Friday, 30 March 2007

Election News

Sydney Morning Herald, March 30th 2007

At least 20 injured in E Timor clashes
At least 20 people were injured, two of them police officers, as gangs from rival political parties scuffled and threw rocks in East Timor, authorities said on Friday.
The violence broke on Thursday night in Viqueque district, about 220 kilometres from Dili, and is believed to be the first directly related to next month's East Timorese presidential elections.
At least 20 people were injured, two of them police officers, said Geraldo da Silva, of the emergency unit in Viqueque hospital.
The unrest broke out following a campaign rally by presidential candidate Jose Ramos Horta, said local police chief Gaspa da Costa.
His supporters brawled with youths aligned with Fretilin, the left-leaning political party of ousted Prime Minister Mari Alkatiri, he said, though it was not clear what triggered the dispute.
East Timor, which became Asia's newest nation in 2002, descended into chaos one year ago after Alkatiri dismissed 600 soldiers, a move that split the armed forces into factions and later spilled over into gang warfare.
At least 37 people were killed and 150,000 others fled their homes.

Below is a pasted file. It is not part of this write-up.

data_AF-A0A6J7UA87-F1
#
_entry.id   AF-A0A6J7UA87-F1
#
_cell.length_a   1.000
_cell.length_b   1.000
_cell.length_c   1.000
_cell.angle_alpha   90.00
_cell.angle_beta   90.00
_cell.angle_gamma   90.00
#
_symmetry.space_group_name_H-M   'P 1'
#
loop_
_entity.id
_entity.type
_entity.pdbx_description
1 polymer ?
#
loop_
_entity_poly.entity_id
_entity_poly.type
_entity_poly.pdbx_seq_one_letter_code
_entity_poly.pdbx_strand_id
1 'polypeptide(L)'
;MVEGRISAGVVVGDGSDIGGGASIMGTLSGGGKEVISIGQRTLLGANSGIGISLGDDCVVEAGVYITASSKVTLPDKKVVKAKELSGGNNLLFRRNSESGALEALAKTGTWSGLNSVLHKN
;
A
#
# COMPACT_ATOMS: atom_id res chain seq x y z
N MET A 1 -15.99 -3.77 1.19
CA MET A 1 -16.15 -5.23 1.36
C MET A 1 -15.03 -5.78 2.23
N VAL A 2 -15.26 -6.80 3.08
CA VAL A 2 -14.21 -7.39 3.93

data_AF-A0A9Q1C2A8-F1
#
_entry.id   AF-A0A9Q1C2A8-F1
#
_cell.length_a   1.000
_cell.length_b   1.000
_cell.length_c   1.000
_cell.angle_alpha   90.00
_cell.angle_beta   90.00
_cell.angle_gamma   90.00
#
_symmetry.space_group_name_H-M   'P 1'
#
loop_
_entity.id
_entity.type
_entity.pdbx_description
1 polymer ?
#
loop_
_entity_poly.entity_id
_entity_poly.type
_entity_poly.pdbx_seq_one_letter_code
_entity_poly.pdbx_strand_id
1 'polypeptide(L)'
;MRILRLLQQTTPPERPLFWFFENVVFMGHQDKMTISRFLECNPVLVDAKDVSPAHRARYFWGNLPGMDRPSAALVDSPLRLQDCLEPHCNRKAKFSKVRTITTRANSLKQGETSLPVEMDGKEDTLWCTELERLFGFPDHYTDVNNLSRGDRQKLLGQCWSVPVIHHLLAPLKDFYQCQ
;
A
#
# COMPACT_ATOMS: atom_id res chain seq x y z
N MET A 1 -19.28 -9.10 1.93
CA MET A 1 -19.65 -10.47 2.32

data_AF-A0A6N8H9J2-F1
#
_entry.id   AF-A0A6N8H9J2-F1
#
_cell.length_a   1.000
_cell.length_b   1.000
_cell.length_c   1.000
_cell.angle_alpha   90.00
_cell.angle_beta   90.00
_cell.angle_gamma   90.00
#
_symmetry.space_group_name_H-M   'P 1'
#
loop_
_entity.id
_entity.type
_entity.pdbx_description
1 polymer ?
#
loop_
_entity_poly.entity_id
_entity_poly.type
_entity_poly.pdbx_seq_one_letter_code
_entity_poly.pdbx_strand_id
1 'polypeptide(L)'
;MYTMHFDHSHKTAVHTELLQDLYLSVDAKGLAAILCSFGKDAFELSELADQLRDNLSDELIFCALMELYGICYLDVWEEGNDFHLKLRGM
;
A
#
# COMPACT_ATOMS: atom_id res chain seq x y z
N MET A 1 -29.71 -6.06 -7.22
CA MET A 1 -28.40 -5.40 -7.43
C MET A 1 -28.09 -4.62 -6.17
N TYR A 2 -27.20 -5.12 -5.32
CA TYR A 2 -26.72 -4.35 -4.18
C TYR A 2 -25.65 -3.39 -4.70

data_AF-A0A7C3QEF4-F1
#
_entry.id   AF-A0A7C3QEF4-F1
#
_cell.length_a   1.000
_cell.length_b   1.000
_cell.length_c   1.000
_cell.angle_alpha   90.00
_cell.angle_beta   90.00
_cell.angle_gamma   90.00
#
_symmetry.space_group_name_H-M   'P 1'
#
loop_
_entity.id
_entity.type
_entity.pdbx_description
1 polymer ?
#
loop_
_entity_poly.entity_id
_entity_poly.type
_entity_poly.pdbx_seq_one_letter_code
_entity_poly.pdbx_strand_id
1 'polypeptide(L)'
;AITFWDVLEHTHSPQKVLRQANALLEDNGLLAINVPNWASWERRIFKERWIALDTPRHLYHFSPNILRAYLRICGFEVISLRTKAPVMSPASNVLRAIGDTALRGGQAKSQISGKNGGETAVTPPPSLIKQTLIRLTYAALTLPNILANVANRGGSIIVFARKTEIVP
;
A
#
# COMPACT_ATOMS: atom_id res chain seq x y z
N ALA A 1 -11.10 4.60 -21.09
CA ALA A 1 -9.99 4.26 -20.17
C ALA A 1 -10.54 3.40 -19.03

The deployment of thousands of international troops helped curb the worst of the violence, and while there have been isolated incidents since then, Thursday's was the first since campaigning for April 9 presidential elections started last week.
The UN police force in the country said in a statement that Ramos Horta supporters were attacked, but did not say by whom. Fretilin spokesman Filomeno Aleixo said the party did not instigate the violence, and denied involvement.
"Whoever was involved in this incident should be brought to justice," he told The Associated Press.
East Timor voted to break free from 24 years of Indonesian rule in 1999.
The country was administered by the United Nations, and until last year's crisis, which led to the overthrow of the government, had been considered a major success in nation-building.


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